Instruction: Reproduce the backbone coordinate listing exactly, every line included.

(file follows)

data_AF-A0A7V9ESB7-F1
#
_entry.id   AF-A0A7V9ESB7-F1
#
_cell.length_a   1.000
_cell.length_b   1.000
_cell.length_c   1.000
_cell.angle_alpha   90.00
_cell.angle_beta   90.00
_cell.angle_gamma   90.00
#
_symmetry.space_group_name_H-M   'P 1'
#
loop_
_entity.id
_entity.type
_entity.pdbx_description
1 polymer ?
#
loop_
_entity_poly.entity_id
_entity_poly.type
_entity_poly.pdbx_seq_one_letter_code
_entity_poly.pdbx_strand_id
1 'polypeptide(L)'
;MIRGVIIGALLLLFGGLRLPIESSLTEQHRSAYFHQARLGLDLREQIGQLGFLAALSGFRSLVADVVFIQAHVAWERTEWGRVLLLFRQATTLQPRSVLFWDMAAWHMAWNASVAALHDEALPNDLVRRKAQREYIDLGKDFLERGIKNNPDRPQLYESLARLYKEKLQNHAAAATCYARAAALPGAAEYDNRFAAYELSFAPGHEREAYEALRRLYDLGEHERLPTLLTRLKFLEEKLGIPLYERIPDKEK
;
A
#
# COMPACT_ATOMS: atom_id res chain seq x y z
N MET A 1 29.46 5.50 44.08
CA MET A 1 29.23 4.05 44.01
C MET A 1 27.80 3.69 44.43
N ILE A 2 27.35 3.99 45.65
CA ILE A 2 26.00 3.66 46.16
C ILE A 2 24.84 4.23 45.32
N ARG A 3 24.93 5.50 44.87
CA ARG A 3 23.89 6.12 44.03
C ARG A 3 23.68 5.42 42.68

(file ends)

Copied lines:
data_AF-A0A7V9ESB7-F1
#
_entry.id   AF-A0A7V9ESB7-F1
#
_cell.length_a   1.000
_cell.length_b   1.000
_cell.length_c   1.000
_cell.angle_alpha   90.00
_cell.angle_beta   90.00
_cell.angle_gamma   90.00
#
_symmetry.space_group_name_H-M   'P 1'
#
loop_
_entity.id
_entity.type
_entity.pdbx_description
1 polymer ?
#
loop_
_entity_poly.entity_id
_entity_poly.type
_entity_poly.pdbx_seq_one_letter_code
_entity_poly.pdbx_strand_id
1 'polypeptide(L)'
;MIRGVIIGALLLLFGGLRLPIESSLTEQHRSAYFHQARLGLDLREQIGQLGFLAALSGFRSLVADVVFIQAHVAWERTEWGRVLLLFRQATTLQPRSVLFWDMAAWHMAWNASVAALHDEALPNDLVRRKAQREYIDLGKDFLERGIKNNPDRPQLYESLARLYKEKLQNHAAAATCYARAAALPGAAEYDNRFAAYELSFAPGHEREAYEALRRLYDLGEHERLPTLLTRLKFLEEKLGIPLYERIPDKEK
;
A
#
# COMPACT_ATOMS: atom_id res chain seq x y z
N MET A 1 29.46 5.50 44.08
CA MET A 1 29.23 4.05 44.01
C MET A 1 27.80 3.69 44.43
N ILE A 2 27.35 3.99 45.65
CA ILE A 2 26.00 3.66 46.16
C ILE A 2 24.84 4.23 45.32
N ARG A 3 24.93 5.50 44.87
CA ARG A 3 23.89 6.12 44.03
C ARG A 3 23.68 5.42 42.68